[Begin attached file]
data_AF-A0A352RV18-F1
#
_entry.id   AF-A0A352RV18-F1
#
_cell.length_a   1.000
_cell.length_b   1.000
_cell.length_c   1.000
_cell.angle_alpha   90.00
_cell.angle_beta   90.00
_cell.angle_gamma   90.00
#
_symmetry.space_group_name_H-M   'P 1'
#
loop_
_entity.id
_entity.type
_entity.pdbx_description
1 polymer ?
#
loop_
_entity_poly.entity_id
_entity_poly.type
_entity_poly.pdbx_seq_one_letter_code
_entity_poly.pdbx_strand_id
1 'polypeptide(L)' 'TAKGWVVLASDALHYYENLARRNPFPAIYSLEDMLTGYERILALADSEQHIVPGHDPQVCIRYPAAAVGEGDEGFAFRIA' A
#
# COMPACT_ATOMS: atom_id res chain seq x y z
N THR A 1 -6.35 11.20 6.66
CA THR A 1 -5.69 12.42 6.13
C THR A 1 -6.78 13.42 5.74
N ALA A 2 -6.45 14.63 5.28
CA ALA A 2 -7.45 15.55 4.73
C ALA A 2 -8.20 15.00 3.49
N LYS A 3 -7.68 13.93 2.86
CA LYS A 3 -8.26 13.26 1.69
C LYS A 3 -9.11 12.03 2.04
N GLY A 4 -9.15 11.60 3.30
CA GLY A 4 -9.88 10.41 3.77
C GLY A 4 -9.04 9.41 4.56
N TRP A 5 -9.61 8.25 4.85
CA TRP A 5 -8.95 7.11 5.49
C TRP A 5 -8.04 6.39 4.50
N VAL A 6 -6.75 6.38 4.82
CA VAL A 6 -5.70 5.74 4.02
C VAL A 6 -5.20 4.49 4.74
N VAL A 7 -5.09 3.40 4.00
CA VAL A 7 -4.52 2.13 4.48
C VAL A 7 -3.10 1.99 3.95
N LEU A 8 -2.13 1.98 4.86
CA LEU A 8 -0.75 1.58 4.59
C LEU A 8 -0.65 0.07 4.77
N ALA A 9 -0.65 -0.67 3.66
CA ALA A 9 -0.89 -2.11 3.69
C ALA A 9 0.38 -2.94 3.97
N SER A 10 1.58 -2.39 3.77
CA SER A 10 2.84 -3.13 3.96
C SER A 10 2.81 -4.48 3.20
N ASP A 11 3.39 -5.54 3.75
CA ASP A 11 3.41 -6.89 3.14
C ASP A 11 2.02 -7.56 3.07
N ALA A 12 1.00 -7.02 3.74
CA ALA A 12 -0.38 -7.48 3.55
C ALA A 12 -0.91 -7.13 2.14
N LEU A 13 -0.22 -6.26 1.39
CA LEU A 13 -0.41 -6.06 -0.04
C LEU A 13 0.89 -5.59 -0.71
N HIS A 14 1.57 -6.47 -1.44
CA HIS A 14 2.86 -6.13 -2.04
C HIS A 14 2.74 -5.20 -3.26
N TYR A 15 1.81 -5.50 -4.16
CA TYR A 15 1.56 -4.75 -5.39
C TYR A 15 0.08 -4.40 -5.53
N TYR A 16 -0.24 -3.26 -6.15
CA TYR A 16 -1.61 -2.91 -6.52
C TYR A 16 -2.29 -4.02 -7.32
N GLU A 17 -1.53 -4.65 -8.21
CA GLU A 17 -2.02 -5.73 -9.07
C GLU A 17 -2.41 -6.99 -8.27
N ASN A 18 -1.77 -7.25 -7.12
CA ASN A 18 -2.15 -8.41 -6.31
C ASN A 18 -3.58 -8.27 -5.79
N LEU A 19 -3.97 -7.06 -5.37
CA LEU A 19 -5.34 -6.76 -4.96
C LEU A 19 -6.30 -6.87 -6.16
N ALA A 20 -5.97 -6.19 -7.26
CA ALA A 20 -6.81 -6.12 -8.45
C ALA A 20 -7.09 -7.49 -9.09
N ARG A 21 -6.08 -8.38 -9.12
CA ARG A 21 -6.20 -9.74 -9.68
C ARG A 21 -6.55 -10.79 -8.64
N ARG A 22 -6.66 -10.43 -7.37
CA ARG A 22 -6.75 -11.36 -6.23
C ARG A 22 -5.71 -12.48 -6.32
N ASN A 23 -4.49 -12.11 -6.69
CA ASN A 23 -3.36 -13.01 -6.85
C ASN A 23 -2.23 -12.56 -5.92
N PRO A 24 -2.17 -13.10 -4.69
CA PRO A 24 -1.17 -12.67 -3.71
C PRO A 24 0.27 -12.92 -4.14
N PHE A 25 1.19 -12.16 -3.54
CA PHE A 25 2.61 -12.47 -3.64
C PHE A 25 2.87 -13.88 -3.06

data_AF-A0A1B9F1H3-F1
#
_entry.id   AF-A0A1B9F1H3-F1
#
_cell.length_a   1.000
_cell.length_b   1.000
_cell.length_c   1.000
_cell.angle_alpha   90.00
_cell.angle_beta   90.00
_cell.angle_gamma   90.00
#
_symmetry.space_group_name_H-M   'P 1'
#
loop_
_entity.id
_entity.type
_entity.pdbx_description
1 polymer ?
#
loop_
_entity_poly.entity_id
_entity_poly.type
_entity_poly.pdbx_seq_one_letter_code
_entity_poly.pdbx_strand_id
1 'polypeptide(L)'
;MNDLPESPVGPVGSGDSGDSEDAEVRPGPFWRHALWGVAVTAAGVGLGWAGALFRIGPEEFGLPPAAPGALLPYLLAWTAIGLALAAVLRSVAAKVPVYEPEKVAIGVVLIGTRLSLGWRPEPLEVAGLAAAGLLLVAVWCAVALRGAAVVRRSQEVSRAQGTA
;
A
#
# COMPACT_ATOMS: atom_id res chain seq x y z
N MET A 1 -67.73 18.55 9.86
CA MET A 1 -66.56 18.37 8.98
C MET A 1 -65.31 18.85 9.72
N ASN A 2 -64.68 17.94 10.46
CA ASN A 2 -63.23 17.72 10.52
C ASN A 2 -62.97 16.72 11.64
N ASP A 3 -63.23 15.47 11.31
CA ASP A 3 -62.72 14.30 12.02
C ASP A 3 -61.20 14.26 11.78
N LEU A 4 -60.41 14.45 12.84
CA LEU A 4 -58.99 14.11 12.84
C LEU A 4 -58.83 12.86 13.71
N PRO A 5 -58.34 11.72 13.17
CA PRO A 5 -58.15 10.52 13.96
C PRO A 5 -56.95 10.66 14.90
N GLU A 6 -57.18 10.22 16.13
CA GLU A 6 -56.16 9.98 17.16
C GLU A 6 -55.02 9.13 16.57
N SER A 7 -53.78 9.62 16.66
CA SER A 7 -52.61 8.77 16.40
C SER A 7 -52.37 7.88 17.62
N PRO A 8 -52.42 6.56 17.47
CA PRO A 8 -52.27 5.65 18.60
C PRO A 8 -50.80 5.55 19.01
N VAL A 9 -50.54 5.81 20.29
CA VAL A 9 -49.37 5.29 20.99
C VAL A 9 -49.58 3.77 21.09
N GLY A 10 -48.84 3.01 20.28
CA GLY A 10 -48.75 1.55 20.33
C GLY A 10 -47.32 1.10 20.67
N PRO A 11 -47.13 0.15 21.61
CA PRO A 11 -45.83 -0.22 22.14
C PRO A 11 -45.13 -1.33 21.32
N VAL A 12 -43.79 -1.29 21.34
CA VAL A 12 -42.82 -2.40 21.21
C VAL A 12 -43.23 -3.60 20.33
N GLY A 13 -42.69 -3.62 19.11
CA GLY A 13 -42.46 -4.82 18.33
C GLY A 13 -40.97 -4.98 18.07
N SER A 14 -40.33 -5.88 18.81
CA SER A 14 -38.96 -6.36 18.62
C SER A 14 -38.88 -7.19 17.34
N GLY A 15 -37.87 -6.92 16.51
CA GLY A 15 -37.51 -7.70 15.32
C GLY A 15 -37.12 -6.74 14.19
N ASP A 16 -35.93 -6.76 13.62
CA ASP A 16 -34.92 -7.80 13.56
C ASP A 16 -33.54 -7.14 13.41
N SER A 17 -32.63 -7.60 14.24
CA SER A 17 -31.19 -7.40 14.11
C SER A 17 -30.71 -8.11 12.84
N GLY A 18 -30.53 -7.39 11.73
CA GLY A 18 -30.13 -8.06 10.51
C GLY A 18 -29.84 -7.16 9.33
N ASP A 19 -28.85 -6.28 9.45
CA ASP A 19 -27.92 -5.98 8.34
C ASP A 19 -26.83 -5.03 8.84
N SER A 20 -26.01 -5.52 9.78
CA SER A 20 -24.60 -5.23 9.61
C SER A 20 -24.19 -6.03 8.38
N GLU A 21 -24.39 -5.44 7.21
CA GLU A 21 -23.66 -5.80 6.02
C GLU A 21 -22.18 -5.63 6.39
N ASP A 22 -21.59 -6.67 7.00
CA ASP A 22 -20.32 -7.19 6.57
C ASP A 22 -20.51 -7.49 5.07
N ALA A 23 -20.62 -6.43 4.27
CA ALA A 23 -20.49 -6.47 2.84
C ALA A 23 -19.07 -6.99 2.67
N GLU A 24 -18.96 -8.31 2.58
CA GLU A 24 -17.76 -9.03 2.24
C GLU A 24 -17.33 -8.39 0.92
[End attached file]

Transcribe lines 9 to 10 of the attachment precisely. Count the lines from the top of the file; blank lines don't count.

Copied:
_cell.angle_beta   90.00
_cell.angle_gamma   90.00